On July 20th, 2017, the Department of Justice (DOJ) placed Website accessibility rulemaking on the ‘inactive list’. For website owners who were waiting for an official ruling in 2018, this means that the DOJ is not going to make definitive laws surrounding websites and accessibility under the Trump administration. This is a significant legal setback for persons with disabilities, who have been fighting to have the same digital experiences as those without such disabilities. However, this announcement will not slow down the lawsuits and intense legal climate that many businesses have found themselves in. And, it will not change the ethical obligation that businesses should have to provide fair web experiences for all visitors. Learn what your business needs to know, now, to minimize lawsuits and maximize your website’s accessibility.
The lawsuits will continue
This recent DOJ announcement will not stop the lawsuits, or even slow them down. Instead, select law firms (aka ADA trolls) will continue to sue businesses throughout the nation, and judges will continue to take on the cases, fueled by the Peapod and H&R Block settlements as well as the extraordinary Statement of Interest in the Winn-Dixie case decision on June 13, 2017. In fact, since the Winn-Dixie case, the number of ADA troll letters has seemed to have accelerated, based on information that many of ZAG’s clients have shared.
Small and medium-sized businesses will suffer
This announcement hurts small-to-medium sized businesses and institutions more than larger ones. Big businesses have enough lawyers and money that typically they scare off smaller law firms, including many of the more common ADA trolling firms. But small-to-medium sized companies and institutions don’t typically have the resources to fight this type of battle, and often have to choose to simply pay the demand fee, which is often less than the court fees.
Businesses will be reacting rather than proactively planning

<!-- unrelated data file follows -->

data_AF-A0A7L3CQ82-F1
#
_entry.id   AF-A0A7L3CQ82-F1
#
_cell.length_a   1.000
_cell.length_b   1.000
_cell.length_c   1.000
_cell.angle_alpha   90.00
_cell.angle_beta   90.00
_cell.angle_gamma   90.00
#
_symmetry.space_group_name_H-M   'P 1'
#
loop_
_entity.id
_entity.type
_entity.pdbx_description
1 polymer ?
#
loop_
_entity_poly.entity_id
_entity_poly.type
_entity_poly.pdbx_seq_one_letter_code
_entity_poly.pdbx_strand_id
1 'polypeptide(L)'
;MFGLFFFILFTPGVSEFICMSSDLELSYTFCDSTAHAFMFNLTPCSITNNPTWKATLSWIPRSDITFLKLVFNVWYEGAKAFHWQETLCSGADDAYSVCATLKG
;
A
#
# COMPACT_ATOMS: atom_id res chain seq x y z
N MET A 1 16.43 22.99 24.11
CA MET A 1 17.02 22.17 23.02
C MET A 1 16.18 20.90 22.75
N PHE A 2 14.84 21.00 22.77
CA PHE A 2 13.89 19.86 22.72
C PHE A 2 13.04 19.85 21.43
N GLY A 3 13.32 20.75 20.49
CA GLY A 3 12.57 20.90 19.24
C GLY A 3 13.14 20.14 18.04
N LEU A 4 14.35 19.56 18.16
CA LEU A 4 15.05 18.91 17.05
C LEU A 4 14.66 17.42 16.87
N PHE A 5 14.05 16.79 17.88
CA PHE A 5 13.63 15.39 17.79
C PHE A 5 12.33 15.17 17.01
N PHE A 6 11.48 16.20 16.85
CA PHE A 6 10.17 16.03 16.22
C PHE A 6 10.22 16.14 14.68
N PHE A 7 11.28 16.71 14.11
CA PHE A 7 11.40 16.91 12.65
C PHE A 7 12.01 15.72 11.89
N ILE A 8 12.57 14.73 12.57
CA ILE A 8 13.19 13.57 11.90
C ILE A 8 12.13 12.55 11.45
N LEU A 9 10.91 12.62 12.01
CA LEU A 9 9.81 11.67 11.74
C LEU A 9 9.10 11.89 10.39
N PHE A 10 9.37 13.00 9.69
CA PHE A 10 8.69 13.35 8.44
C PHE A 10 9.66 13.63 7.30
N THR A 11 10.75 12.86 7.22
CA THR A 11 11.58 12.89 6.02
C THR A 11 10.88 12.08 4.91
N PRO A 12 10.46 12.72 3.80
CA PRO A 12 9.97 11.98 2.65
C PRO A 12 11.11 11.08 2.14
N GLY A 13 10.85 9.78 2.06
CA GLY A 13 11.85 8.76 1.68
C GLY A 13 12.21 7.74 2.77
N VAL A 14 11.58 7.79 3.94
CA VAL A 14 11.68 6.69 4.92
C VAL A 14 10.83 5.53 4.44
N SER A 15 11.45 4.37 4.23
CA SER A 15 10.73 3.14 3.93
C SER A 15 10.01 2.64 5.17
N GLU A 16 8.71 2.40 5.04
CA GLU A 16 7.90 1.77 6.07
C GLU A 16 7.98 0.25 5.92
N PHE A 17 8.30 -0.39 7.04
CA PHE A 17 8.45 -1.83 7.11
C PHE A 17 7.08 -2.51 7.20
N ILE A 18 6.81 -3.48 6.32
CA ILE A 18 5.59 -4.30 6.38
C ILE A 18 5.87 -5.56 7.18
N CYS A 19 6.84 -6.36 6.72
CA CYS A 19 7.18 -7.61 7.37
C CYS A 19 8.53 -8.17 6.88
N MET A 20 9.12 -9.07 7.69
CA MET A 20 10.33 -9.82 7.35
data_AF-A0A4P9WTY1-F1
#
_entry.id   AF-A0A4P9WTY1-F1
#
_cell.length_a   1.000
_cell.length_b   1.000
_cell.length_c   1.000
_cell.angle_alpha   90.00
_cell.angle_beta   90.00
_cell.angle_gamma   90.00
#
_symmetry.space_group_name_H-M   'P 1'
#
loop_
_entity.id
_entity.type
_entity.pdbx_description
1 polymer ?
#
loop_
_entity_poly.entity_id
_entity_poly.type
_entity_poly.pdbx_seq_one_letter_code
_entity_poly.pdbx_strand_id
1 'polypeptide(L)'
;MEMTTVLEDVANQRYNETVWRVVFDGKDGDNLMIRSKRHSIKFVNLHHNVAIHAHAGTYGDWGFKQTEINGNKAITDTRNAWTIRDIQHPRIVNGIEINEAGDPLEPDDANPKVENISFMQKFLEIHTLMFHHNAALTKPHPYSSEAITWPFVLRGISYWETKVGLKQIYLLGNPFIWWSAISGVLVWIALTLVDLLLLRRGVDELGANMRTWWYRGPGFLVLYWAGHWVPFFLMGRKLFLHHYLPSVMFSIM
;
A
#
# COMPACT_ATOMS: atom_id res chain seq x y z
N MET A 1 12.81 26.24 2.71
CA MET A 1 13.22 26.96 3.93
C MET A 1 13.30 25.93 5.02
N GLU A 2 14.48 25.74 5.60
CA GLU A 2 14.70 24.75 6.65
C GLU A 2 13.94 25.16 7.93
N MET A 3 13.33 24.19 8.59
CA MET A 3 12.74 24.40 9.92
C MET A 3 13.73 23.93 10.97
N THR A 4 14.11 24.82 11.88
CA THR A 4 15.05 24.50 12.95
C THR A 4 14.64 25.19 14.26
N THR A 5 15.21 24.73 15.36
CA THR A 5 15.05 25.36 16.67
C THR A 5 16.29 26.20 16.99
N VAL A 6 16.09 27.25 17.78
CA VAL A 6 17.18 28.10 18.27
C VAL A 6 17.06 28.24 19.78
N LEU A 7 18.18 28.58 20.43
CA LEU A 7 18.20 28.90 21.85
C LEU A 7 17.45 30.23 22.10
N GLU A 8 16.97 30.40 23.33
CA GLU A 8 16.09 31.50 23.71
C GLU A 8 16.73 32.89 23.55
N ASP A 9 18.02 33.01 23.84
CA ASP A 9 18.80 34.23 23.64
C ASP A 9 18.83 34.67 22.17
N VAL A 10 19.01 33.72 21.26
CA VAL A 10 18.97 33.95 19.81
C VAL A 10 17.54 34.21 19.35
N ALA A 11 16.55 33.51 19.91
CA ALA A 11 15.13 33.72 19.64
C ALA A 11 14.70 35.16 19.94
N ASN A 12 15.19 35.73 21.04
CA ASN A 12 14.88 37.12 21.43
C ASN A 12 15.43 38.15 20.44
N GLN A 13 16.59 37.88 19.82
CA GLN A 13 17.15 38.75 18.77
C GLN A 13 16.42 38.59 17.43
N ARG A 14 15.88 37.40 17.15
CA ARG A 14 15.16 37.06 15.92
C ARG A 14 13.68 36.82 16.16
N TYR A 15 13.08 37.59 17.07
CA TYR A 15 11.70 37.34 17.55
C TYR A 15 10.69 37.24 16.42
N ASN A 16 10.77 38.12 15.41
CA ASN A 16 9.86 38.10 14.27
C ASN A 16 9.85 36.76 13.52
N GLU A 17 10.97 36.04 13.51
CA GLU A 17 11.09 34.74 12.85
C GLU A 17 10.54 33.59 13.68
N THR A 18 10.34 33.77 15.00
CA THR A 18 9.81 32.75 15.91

Having a fixed date to meet defined ADA website conformance standards would have allowed for businesses to adequately prepare and budget for the changes, rather than rush to counter a lawsuit or be ahead of a future one. It would also allow them the time to come to understand what being a conformant website really means, and why it’s so much more than checking issues off a punch list generated by a machine. Instead of designing and developing to embrace persons with disabilities as a valued customer, businesses will likely do the bare minimum to appease lawyers. In the end, this counters the original goal, which was a web for all.
Stay the course
For businesses who know the importance of ADA website compliance, this announcement is disappointing but should not change any plans you have. You still need to look into designing, building and testing your website against ADA conformance standards. Additionally, you need to work with a website ADA compliance expert to help you understand what the climate really is, what a conformant website is, and how to resource and plan your site accordingly. Whether you’ve recently gotten a demand letter from an ADA troll law firm, or you are looking to adhere to WCAG 2.0 standards because it’s the right thing to do, let’s talk about next steps.